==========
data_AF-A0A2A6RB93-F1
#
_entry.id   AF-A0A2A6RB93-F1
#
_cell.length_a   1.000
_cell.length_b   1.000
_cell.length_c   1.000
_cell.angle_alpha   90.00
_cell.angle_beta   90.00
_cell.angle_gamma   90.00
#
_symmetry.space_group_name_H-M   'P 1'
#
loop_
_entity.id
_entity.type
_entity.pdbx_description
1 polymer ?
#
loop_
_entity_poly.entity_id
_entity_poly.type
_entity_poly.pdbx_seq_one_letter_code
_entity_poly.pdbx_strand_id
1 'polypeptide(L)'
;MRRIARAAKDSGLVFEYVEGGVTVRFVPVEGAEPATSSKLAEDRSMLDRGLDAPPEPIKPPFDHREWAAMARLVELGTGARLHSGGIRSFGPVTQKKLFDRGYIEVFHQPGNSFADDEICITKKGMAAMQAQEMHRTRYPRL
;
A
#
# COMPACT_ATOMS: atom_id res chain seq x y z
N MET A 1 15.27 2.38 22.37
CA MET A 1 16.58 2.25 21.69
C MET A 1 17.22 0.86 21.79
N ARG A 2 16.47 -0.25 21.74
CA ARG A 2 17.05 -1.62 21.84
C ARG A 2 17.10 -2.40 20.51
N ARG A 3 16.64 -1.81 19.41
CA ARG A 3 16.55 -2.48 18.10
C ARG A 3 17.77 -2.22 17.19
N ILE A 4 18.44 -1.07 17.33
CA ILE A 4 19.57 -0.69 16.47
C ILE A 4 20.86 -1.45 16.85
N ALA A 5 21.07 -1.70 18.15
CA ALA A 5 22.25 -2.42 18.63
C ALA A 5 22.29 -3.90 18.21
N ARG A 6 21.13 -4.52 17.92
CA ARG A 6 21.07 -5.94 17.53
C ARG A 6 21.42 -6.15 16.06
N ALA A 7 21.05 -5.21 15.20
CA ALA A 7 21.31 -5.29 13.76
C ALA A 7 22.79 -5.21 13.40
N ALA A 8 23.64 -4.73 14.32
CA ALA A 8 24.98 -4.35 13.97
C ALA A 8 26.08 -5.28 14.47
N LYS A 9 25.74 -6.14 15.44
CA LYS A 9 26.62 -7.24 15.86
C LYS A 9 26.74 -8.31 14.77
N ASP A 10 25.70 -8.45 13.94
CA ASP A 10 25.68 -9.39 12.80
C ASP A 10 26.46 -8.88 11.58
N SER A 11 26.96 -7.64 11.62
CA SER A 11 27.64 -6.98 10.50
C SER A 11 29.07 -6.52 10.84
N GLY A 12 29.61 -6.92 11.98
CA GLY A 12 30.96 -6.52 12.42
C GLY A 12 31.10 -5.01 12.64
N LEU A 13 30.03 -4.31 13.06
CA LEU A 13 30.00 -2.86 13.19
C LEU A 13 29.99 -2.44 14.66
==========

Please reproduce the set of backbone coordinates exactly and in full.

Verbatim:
data_AF-A0A2A6RB93-F1
#
_entry.id   AF-A0A2A6RB93-F1
#
_cell.length_a   1.000
_cell.length_b   1.000
_cell.length_c   1.000
_cell.angle_alpha   90.00
_cell.angle_beta   90.00
_cell.angle_gamma   90.00
#
_symmetry.space_group_name_H-M   'P 1'
#
loop_
_entity.id
_entity.type
_entity.pdbx_description
1 polymer ?
#
loop_
_entity_poly.entity_id
_entity_poly.type
_entity_poly.pdbx_seq_one_letter_code
_entity_poly.pdbx_strand_id
1 'polypeptide(L)'
;MRRIARAAKDSGLVFEYVEGGVTVRFVPVEGAEPATSSKLAEDRSMLDRGLDAPPEPIKPPFDHREWAAMARLVELGTGARLHSGGIRSFGPVTQKKLFDRGYIEVFHQPGNSFADDEICITKKGMAAMQAQEMHRTRYPRL
;
A
#
# COMPACT_ATOMS: atom_id res chain seq x y z
N MET A 1 15.27 2.38 22.37
CA MET A 1 16.58 2.25 21.69
C MET A 1 17.22 0.86 21.79
N ARG A 2 16.47 -0.25 21.74
CA ARG A 2 17.05 -1.62 21.84
C ARG A 2 17.10 -2.40 20.51
N ARG A 3 16.64 -1.81 19.41
CA ARG A 3 16.55 -2.48 18.10
C ARG A 3 17.77 -2.22 17.19
N ILE A 4 18.44 -1.07 17.33
CA ILE A 4 19.57 -0.69 16.47
C ILE A 4 20.86 -1.45 16.85
N ALA A 5 21.07 -1.70 18.15
CA ALA A 5 22.25 -2.42 18.63
C ALA A 5 22.29 -3.90 18.21
N ARG A 6 21.13 -4.52 17.92
CA ARG A 6 21.07 -5.94 17.53
C ARG A 6 21.42 -6.15 16.06
N ALA A 7 21.05 -5.21 15.20
CA ALA A 7 21.31 -5.29 13.76
C ALA A 7 22.79 -5.21 13.40
N ALA A 8 23.64 -4.73 14.32
CA ALA A 8 24.98 -4.35 13.97
C ALA A 8 26.08 -5.28 14.47
N LYS A 9 25.74 -6.14 15.44
CA LYS A 9 26.62 -7.24 15.86
C LYS A 9 26.74 -8.31 14.77
N ASP A 10 25.70 -8.45 13.94
CA ASP A 10 25.68 -9.39 12.80
C ASP A 10 26.46 -8.88 11.58
N SER A 11 26.96 -7.64 11.62
CA SER A 11 27.64 -6.98 10.50
C SER A 11 29.07 -6.52 10.84
N GLY A 12 29.61 -6.92 11.98
CA GLY A 12 30.96 -6.52 12.42
C GLY A 12 31.10 -5.01 12.64
N LEU A 13 30.03 -4.31 13.06
CA LEU A 13 30.00 -2.86 13.19
C LEU A 13 29.99 -2.44 14.66